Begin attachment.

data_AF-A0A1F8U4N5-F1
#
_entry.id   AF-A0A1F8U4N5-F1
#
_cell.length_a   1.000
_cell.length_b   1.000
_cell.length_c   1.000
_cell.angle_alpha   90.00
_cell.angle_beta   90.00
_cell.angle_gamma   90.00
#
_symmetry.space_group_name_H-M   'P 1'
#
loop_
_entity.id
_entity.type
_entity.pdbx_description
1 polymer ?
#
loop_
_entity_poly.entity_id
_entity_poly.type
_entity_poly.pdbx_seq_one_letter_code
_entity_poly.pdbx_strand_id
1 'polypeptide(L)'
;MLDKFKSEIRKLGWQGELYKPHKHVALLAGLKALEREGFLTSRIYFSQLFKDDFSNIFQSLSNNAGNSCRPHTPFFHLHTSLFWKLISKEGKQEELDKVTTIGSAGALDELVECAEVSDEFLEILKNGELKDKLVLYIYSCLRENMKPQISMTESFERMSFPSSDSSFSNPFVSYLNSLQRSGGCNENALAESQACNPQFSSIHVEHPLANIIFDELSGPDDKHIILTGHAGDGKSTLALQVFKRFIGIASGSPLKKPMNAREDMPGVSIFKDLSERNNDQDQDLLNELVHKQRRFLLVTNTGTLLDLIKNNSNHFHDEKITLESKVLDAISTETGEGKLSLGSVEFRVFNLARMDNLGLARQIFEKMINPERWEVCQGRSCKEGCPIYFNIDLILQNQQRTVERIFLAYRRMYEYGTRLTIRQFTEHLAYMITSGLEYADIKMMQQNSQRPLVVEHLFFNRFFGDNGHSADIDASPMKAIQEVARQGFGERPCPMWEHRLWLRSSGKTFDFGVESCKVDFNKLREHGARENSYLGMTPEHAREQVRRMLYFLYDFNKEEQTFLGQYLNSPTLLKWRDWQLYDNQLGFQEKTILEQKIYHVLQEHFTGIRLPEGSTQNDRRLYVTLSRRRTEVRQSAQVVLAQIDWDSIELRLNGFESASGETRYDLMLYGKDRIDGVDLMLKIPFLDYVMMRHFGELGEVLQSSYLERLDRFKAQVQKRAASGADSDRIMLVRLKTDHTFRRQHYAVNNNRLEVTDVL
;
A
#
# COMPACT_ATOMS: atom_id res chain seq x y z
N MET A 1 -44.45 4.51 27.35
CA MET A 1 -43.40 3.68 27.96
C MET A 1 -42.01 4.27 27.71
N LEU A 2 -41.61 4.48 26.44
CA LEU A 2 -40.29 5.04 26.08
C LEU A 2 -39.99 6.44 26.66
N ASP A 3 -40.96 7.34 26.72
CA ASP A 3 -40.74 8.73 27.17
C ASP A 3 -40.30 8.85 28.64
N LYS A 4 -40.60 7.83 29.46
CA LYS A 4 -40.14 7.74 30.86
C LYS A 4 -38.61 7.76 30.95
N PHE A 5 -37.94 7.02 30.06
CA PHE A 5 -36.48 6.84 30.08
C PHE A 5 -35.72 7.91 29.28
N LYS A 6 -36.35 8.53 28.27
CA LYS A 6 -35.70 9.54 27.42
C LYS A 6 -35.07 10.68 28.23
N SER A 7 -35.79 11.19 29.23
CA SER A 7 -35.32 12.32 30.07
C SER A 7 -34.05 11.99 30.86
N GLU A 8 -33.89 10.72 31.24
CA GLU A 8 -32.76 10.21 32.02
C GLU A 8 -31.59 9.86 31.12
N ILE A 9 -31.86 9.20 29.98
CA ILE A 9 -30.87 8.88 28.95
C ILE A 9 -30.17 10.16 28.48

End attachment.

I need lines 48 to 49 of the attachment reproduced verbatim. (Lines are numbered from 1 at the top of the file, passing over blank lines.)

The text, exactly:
C LYS A 6 -35.07 10.68 28.23
N SER A 7 -35.79 11.19 29.23